3. BS! Back he legendary days of Top 40, how many stations turned up the speed on their turntables, to make the songs go a tad bid faster.

    Give me a break. As posted, the labels are no longer needed.


    • Whether you like it or not the labels are needed when it comes to those revenue generating station concerts. This isn’t just affecting one station, but by upsetting the label you’re affecting relationships with every station your company’s holdings. With a format like CHR especially, you’re beholden to the label’s wishes.

      Is it right? That’s a much bigger debate. But you can’t just shut off a pipeline that’s been flowing for decades.


      • Moreover, as we are seeing with SONY, the labels are seeking to remove themselves from the ASCAP/BMI performance rights societies and compulsory licenses.

        Once you are in the land of negotiated licenses, SONY can demand that unofficial edited versions of their copyrighted material would require payment of a higher royalty rate.


  4. It didn’t matter that Jann Arden wasn’t a featured artist on CKMP. It was the optics of an artist voluntarily telling an entire broadcast chain, “I want nothing to do with you.” And Canada is a country fiercely protective of their cultural identity (CANCOM, anyone?) that have a Canadian artist protest like that is a big, big problem.

    The grey area we could head towards is when listening to aural content continues to evolve into a non-liner platform. Terrestrial radio listening is imploding among those younger than 30. It’s easier than ever to digitally manipulate songs from a standard radio edit into mashups or in a QuickHitz style of edit that constrains a song to a fraction of the intended length for digital delivery. These are all developments that the RIAA has a difficult time trying to counter with, and that terrestrial radio simply is unable to comprehend.

    I compare QuickHitz to the proverbial canary in a coal mine, in more ways than one.


  5. I think I might change all the stations I own to Quickhitz just to make a point. The labels have forever needed radio, much more than radio needs the labels.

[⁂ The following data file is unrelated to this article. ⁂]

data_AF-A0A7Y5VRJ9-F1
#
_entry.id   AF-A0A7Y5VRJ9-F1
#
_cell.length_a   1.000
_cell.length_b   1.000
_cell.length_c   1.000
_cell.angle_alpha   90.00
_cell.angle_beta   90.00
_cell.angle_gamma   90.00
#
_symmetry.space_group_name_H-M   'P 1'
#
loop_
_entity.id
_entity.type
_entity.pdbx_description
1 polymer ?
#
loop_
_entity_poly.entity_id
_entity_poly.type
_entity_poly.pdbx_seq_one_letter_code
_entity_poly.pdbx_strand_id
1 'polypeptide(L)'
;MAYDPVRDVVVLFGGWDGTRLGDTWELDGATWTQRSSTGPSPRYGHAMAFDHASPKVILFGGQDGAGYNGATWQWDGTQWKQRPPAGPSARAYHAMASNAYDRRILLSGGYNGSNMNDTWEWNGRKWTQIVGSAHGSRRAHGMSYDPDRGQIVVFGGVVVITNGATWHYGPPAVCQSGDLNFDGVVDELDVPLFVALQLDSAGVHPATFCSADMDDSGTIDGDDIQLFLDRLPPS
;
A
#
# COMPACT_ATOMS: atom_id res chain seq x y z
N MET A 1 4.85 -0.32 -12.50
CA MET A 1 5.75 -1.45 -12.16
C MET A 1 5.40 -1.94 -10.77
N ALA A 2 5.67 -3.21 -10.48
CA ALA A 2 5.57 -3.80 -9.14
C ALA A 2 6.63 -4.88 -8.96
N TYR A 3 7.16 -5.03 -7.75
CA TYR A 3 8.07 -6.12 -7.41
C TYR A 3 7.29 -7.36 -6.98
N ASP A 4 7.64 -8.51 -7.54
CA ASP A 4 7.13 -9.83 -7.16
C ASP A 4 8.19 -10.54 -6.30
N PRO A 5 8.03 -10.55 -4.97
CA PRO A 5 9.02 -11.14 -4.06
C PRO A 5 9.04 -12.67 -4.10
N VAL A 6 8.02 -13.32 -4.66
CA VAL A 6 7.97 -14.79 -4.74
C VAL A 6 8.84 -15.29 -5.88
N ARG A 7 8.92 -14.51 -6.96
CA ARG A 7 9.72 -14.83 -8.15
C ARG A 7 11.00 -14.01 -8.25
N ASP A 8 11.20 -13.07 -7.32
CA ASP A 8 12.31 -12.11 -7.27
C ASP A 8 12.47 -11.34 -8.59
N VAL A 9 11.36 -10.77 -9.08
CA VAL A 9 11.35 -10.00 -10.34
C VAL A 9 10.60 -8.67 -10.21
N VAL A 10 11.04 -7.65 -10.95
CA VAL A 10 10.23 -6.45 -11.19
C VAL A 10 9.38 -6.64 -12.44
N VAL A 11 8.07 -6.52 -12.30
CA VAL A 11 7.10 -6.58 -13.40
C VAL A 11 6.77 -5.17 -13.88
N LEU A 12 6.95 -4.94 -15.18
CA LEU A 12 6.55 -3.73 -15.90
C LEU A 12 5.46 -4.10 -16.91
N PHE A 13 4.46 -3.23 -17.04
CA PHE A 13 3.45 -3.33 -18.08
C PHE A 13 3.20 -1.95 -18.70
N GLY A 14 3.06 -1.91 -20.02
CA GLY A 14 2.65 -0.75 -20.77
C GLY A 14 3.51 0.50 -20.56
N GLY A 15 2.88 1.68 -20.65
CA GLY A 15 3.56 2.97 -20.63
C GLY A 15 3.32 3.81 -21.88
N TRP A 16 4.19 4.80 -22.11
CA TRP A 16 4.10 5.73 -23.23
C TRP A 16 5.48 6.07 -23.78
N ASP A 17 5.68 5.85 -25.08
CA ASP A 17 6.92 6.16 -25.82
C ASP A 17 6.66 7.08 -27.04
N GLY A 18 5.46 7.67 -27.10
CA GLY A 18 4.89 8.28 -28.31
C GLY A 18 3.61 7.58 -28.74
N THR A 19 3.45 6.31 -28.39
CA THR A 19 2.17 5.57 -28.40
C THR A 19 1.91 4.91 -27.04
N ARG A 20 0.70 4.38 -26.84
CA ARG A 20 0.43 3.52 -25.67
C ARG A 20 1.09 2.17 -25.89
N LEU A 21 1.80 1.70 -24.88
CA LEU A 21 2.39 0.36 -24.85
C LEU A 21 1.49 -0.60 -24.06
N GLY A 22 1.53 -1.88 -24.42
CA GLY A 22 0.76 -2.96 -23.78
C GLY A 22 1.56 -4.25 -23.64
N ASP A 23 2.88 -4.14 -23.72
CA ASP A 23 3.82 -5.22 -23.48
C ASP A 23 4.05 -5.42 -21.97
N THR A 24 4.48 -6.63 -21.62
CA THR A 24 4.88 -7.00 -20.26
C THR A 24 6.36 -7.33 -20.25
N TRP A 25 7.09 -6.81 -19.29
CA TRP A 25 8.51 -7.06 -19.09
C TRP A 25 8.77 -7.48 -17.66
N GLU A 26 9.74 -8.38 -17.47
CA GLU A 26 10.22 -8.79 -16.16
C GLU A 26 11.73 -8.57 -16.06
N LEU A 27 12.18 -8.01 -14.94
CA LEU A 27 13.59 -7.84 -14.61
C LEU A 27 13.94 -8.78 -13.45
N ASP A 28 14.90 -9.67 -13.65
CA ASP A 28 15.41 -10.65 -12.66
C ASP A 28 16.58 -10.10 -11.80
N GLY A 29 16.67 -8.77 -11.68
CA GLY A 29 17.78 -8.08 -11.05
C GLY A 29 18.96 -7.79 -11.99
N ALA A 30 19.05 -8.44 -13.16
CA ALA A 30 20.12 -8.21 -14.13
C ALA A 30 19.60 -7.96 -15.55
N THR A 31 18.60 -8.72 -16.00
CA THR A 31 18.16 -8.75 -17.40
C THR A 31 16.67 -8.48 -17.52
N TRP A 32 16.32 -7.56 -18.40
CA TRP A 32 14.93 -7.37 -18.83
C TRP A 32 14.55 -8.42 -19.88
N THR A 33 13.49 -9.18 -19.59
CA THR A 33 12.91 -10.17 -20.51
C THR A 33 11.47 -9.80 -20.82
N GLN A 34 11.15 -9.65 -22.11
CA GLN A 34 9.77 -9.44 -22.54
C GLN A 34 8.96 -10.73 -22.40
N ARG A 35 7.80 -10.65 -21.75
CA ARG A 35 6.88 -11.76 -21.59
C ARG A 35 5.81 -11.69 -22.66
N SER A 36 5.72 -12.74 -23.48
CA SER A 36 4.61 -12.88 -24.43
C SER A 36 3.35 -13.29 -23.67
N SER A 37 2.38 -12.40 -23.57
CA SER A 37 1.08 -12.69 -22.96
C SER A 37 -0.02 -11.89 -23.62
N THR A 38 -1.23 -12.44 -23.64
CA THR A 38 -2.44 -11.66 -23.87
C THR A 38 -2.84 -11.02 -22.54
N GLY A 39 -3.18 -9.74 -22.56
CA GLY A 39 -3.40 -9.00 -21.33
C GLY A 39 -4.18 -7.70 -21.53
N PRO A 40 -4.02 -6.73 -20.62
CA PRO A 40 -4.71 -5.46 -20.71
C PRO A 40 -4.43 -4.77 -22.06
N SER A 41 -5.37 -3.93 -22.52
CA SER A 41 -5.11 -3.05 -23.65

I would love just one artist or label to threaten to sue me. I’d laugh!


  6. Am I alone in thinking that Quickhitz was never intended to be anything more than a stunt? It certainly generated an insane amount of free publicity for a format tweak that would otherwise have gone mostly unnoticed.

    I still remember the brief 1990s fad for using music test tapes to stunt during format changes. Remember when WHEN-FM in Syracuse was “Quick 108” for a few days before going all-out CHR? Quickhitz felt to me from the start like a reincarnation of that.


    • It was always intended to be the long term format for Calgary and perhaps other Newcap CHRs. Sparknet and Paragon Media have put a lot of resources behind the format, including acquiring US patents for it to prevent others from duplicating it.

      Newcap was not expecting the backlash as you can see from how Steve Jones handled this in the press. They were forced to retreat with their tail between their legs.


    • Scott:

      I agree. That was my first impression as well. It seemed to work, if it was a stunt.

      As a practical matter, I don’t see how “QuickHitz” or the like is sustainable in the long term, anyway.

      The problem with a failing radio station is not that it is not playing enough songs, it is because it is playing the — wrong — songs.

Leave a Reply